John T. STEWART (deceased). There is perhaps no family in Clark Co. who are more widely known than the descendants of John T. Stewart, and most of his sons are leading business men of the community in which they reside, and a credit to their deceased father. The family are of Scotch origin, and went to Ireland about 1661, changing their name from Stuart to Stewart, to avoid persecution. In 1735, the grand-parents of John T., viz., Samuel T. Stewart and wife, came to the American Colonies, and with them came the father of John T., viz., Samuel Stewart, a native of Belfast, Ireland, the family settling in Pennsylvania. The subject of this sketch was the fifth son of Samuel Stewart, and was born in Dauphin Co., Penn., March 3, 1781, and there grew to maturity, his father dying in that county Sept. 19,1803. In the autumn of 1806 he, with his brother, Samuel, came to Ohio, and purchased 500 acres of land in Sec. 15, Town 5, Range 8, which was then a part of Greene Co., but now lays in Green Township, Clark Co., Ohio. About 1815, they divided the land, John T. receiving the southern portion in the division then made. He was married near his home, March 2, 1815, to Miss Ann Elder, third daughter of Robert and Ann Elder, natives of Dau-phin Co., Penn., who settled on Sec. 10 of the same township in the spring of 1813. Mrs. Stewart was born in her parents' native county, May 19, 1798, and had the fol-lowing children by this union: Juliana, Perry, Elder B., Samuel, Charles, James N., Thomas E., Oscar N., William C. and Harriet, all of whom are living but the last- mentioned, who died in infancy. John T. and wife resided with his brother, Samuel, until he built a house on his own place, whither they removed in the fall of 1816. In 1813, he was elected Justice of the Peace, which office he held until 1836; he was the first Clerk of the Clifton Presbyterian Church, which was organized in 1811; was the first Clerk of his Township, and served as Associate Judge one term. He continued to reside on the old homestead until his death, April 16, 1850, his widow surviving him thirty years, dying Sept. 24,1880. Both were life long members of the Presbyterian Church, and went down to the grave with a strong faith in a blissful immortality. John T. Stewart was a man of ability and intellectual worth; of the strictest temperance views, and can be truly called one of the pioneer temperance men of Clark Co. He was a rank Abolitionist, and early took strong grounds against slavery, and believed that nothing but a war would be able to strike the shackles from the slave, which demon-strates that he possessed a discerning, far-seeing mind, much in advance of his time. He was one of the most energetic successful farmers of Clark Co., and accumulated an estate worth, at the time of his death, $40,000, which was considered wealthy in those days. He was a man honored and respected by all classes of society, and has left a name that his descendants can point to with just pride. His portrait appears in the pages of this work, having been inserted by his children, who yet love and honor his memory, and who believed that it was their duty to represent him in this history, where he justly deserved a place.
Perry STEWART, farmer and stock-raiser; P. O. Springfield; was born in this township June 6, 1818, and was the eldest son of John and Ann Stewart; raised to farm life, he has always pursued it. His early education was such as the common schools of the country afforded during his boyhood; but a close observation of and a large experience with the ways of mankind and the business world, have given his mind a cultivation and finish that fit him for the duties and stations in life far above the humble though honorable one of his choice. Of Scottish descent, his ancestry having first removed from Scotland to the northern part of Ireland, thence to Pennsyl-vania, and thence to Ohio. To perseverance, pluck, industry and economy, he adds liberality, generosity and hospitality. Oct.15, 1844, he married Miss Rhoda Wheeler, daughter of Ebenezer, who was born Dec. 31, 1824, in this township also. Of this marriage ten children, five sons and five daughters, were born, all of whom survive ex-cept one daughter, and many of them grown to manhood and womanhood, fill honora-ble stations in life, while the remainder are yet in the family household. Upon his marriage, he commenced farming for himself on a farm of 130 acres, where he now lives, and to which he has added until this farm embraces 340 acres, and his entire landed possessions embrace over 600 acres in the vicinity. That he is an enterprising and successful farmer not only the width of his acres, but their state of cultivation and the improvements upon them, leave no room for doubt. In 1862, when rebellion threatened the destruction of our civil government and the spoliation of our Union, he left his family of wife and eight children, his farm and stock, aided in recruiting Co. A, 94th O. V. I., was commissioned Captain of it, and led it into the field. After eighteen months' service, the privations of camp life and the exposure and hardships of it brought disease and disability, and compelled his resignation and a return to civil life. In 1865, he was chosen County Commissioner of his county, and in 1867 a Represen-tative of his district in the General Assembly of his state, both of which offices he discharged the duties of to the satisfaction of his constituents.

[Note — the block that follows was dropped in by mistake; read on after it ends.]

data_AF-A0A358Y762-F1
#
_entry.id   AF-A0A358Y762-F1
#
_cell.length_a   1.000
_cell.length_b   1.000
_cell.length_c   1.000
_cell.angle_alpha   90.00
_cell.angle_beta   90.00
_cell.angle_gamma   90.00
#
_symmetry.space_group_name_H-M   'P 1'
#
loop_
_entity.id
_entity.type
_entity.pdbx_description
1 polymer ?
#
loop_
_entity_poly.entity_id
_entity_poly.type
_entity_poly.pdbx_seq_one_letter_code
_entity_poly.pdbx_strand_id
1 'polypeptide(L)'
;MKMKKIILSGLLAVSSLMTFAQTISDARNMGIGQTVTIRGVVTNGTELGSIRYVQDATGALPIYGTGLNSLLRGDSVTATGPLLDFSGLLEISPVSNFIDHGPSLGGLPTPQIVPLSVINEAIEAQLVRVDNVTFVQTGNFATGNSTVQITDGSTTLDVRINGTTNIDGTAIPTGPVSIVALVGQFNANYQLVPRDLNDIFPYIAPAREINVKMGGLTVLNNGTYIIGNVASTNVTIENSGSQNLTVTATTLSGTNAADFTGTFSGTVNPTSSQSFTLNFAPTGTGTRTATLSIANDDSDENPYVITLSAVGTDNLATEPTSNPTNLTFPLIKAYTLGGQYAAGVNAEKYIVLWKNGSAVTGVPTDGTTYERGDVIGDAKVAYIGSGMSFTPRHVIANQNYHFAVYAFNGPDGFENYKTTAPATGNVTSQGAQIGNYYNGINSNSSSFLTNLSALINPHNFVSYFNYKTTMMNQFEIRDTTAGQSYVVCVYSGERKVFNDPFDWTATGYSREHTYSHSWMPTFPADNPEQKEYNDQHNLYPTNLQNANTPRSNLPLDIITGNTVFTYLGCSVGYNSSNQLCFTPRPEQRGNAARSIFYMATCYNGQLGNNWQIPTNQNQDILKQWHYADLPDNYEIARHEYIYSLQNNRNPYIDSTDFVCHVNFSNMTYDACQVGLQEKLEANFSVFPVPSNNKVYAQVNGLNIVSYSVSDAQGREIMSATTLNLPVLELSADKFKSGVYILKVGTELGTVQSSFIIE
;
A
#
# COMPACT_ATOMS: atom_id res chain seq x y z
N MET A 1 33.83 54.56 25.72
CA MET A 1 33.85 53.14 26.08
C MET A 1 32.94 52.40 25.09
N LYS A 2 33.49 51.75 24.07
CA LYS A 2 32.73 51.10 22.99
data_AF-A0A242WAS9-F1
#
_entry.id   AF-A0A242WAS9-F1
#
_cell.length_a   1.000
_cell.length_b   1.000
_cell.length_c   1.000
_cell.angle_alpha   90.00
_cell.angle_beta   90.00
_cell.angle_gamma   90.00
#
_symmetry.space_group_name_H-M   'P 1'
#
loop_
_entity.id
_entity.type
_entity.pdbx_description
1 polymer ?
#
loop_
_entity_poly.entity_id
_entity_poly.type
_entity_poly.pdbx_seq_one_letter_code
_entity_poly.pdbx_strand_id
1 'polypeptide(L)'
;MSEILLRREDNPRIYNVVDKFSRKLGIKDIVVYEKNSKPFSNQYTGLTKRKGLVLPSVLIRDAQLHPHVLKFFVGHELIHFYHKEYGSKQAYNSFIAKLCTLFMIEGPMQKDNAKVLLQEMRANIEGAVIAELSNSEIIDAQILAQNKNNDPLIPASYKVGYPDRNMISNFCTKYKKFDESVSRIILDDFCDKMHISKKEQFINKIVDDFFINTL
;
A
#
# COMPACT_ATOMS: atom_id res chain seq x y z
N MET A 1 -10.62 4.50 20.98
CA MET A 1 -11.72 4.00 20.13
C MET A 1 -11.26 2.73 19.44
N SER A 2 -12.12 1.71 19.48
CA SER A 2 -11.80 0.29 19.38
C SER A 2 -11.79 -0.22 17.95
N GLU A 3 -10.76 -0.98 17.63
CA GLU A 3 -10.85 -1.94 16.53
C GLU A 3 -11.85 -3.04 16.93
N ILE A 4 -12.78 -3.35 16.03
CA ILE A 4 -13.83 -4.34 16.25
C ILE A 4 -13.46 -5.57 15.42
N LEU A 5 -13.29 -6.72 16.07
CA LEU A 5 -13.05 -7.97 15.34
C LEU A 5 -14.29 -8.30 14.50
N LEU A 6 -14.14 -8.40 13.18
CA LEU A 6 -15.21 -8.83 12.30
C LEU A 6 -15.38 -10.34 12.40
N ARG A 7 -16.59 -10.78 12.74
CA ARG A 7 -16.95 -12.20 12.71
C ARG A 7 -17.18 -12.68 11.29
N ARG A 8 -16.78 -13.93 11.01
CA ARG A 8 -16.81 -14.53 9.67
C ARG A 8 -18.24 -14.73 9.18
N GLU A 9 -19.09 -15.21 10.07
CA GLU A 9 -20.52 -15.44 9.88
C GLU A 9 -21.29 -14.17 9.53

David STEWART, farmer; P.O. Clifton; was born on his present farm in 1833, and is a son of James and Jane (Elder) Stewart. He was reared to farm life, his youth having been given to the cultivation of the homestead farm, under the instruc-tion of his father until in 1859, when he married Miss Laura McKehan, a native of Maryland, born in 1837, who came West with her parents at the age of 13. Here she matured into womanhood, married as above, and in October, 18t3, died. After the marriage of David, he engaged in farming for himself upon his father's farm of 130 acres, of which he is now the owner, and to which he has added until it embraces 210 acres of well-improved land in an excellent state of cultivation. He, for six years has been, and now is Township Trustee; has three daughters and two sons, all of whom are yet with him in single life. The residence of his birth he yet lives in, and has enlarged, repaired and improved in the most modern style of architecture until it, in size, finish and appearance, compares favorably with any in that neighborhood.